2013 Fall High School Soccer Season – Are You Ready?

By: Don Dennison NISOA  National Clinician and National Assessor

As you read this article,  the fall soccer season is either already underway or will begin very shortly.  Are you really physically and mentally ready for the challenges ahead?

Every year high school soccer for both the boys and girls becomes more competitive, the players are stronger and faster and they have developed additional field skills and strategies.  It is incumbent for the officiating team to be able to keep up with these many changes in the high school game.  You can no longer stand in the center circle (DSC) or on the touchline at mid-field (two referee system) and blow for a foul 30 yards downfield ; no one will buy that call.  Presence leads to conviction and you have got to be near the spot where the ball is being played for that is where fouls occur in most instances.  The old technique of staying at mid-field because the players are going to come back doesn’t work.

The answer and solution is for the officials to be fit for the match and that means running.  All USSF advanced referees and college officials must pass an annual fitness test.  This is not the case for high school officials in many states.  I certainly recommend that all states adopt such a fitness test.  With or without a test, the high school soccer officials must adhere to some exercise and fitness routine before the season starts in order to be fit for the high school challenge.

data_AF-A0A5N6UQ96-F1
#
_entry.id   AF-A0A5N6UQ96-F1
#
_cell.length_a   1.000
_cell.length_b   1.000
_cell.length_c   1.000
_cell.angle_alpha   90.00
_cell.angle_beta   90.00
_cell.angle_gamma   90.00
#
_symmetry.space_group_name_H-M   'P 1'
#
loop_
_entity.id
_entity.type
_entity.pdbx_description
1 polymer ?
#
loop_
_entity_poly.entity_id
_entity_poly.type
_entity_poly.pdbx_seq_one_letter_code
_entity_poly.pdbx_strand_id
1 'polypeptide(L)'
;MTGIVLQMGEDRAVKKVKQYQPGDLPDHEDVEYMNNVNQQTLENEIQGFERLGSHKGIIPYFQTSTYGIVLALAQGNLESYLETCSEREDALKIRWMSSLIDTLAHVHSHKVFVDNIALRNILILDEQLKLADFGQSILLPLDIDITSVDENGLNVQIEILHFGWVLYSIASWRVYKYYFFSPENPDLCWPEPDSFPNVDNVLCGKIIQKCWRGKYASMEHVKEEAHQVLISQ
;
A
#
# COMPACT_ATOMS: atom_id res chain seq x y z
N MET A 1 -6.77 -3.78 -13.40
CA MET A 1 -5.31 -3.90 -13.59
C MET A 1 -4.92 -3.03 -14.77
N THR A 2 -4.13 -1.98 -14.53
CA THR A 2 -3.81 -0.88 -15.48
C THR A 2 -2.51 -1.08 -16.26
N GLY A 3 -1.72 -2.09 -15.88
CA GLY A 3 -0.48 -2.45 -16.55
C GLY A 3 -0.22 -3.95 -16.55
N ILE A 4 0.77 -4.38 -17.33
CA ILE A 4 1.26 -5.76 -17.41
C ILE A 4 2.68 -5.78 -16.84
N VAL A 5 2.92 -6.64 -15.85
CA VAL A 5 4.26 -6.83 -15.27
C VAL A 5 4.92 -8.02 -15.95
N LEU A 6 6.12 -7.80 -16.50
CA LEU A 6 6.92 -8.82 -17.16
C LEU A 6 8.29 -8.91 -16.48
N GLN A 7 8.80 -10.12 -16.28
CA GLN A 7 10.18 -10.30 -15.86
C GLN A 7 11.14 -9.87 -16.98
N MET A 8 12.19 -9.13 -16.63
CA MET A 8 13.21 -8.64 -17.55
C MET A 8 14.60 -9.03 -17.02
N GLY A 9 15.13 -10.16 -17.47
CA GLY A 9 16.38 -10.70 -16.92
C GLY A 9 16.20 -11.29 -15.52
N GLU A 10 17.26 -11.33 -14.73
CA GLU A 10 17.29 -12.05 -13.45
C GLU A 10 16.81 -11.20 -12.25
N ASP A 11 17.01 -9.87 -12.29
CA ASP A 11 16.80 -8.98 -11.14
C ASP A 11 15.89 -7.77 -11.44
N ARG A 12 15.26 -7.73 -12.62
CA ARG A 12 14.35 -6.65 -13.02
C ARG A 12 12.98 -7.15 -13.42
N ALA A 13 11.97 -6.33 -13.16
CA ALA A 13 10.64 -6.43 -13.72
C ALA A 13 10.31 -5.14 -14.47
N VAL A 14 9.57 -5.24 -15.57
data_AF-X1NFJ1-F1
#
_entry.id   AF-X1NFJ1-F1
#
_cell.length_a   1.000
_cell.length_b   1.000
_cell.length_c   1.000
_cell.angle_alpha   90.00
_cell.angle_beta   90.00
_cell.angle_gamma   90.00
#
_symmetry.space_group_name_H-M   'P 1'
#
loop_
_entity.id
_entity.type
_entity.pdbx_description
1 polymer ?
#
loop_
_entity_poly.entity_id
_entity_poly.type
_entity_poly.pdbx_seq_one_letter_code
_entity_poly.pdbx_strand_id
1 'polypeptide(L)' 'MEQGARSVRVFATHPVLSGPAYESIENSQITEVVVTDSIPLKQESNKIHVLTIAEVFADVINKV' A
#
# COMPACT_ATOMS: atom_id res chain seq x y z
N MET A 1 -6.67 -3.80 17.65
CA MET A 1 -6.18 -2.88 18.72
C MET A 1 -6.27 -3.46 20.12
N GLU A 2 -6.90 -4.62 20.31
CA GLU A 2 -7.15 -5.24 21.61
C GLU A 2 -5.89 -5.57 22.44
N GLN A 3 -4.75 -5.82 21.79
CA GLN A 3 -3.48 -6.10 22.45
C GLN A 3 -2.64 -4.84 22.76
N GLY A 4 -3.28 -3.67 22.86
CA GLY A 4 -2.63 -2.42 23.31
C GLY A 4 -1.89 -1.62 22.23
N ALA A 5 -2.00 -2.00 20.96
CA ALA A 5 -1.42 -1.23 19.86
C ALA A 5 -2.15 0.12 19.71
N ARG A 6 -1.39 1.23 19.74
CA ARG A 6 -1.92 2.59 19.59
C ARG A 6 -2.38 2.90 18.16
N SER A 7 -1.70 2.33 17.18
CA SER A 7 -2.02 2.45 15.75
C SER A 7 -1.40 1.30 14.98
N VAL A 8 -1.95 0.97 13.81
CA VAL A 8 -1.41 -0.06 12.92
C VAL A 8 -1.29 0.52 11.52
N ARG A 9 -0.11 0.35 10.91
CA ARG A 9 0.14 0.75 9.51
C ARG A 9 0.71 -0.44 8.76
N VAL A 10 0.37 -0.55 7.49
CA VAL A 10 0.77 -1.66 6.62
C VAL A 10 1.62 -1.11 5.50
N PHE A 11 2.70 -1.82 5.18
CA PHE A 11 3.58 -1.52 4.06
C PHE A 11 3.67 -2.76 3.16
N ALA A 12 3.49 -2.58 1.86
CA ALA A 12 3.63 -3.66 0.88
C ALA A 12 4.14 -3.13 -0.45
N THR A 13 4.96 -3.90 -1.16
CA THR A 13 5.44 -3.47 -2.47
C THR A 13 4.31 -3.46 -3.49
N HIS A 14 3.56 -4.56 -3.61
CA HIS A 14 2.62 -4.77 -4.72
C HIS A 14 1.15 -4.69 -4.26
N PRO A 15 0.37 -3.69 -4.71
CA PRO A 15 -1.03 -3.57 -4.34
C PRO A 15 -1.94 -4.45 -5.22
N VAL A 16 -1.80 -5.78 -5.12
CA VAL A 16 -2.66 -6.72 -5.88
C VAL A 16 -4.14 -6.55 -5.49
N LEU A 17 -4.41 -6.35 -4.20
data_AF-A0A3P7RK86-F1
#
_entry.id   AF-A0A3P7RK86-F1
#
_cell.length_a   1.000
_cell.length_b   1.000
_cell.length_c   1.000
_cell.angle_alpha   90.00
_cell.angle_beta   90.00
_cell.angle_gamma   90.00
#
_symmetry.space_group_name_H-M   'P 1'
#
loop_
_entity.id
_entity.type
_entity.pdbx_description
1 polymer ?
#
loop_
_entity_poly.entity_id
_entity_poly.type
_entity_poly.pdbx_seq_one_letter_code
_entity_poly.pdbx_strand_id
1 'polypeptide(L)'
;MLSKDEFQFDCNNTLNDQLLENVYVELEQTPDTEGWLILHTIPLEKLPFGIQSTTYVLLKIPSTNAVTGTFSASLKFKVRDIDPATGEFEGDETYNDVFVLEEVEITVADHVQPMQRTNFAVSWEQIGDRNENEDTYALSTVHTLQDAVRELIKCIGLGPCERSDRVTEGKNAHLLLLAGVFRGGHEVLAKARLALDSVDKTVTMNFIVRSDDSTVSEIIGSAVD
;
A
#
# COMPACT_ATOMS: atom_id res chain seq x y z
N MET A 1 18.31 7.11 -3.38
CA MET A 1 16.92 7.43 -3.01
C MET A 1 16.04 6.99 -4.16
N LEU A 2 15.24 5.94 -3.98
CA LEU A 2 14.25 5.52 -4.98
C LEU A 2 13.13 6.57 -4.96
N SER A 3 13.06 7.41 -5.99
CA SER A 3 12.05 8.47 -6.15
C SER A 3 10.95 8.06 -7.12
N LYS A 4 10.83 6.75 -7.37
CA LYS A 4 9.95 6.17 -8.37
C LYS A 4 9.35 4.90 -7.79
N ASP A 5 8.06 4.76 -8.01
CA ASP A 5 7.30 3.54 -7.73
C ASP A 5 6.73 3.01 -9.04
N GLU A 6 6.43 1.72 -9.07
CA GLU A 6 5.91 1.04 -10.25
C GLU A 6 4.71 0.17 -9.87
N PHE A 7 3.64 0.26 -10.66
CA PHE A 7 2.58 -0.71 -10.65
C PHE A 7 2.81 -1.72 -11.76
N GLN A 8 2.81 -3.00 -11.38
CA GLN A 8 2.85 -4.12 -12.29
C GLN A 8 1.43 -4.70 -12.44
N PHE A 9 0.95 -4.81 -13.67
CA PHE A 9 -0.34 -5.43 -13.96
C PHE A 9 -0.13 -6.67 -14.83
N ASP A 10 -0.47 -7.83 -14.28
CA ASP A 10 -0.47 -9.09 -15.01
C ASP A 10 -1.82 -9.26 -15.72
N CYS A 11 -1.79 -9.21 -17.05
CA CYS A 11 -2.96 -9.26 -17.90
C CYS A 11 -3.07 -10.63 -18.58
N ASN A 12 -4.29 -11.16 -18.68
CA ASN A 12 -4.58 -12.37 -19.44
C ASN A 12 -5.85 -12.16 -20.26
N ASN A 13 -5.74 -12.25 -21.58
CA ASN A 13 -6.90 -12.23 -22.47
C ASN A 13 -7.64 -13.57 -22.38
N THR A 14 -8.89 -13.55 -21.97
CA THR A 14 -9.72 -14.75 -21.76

Aside from the fitness aspects, the referee must have an absolutely thorough knowledge of the Rule Book.  When you first receive your book for the current year, I recommend that you first study in detail the new Soccer Rules Changes (page 2), the Points of Emphasis (pages 71-72) and the Comments on the Rules (pages 72 -73).     Don’t stop there, however.  Make sure that you read and understand the entire book including all of the Play Rulings.  If you have a question about any situation, consult a more senior official or the State Rules Interpreter.  Even after the season gets underway, refer to the Rules Book frequently in order to refresh your memory.

I would also direct your attention to the Rules Comparison Guide (pages 74-86) in order to avoid mix ups with other sets of Rules and Laws  (FIFA and NCAA).

The new High School rule changes are few but important. The following are the changes:

When there is an injury and the ball is dead, both coaches can this year give instructions to their teams.  The prohibition last year proved unworkable and difficult for the officials to manage.

This year, all substitutes must be beckoned onto the field except after a period.

Any tape applied to the socks must be of the same basic color of the socks.

Merely taping a ball on a free kick is improper, the ball must actually move.

Electronic devices, i.e. tablets, are permitted in the bench area but cannot be used to communicate with field players.

Unsuccessfully attempting to deny an obvious goal scoring opportunity by committing a foul on an attacker is now a caution.  However, if the attempt is successful and the goal is actually prevented the player is disqualified (red card).

Get fit, read the Rules Book and have fun this season.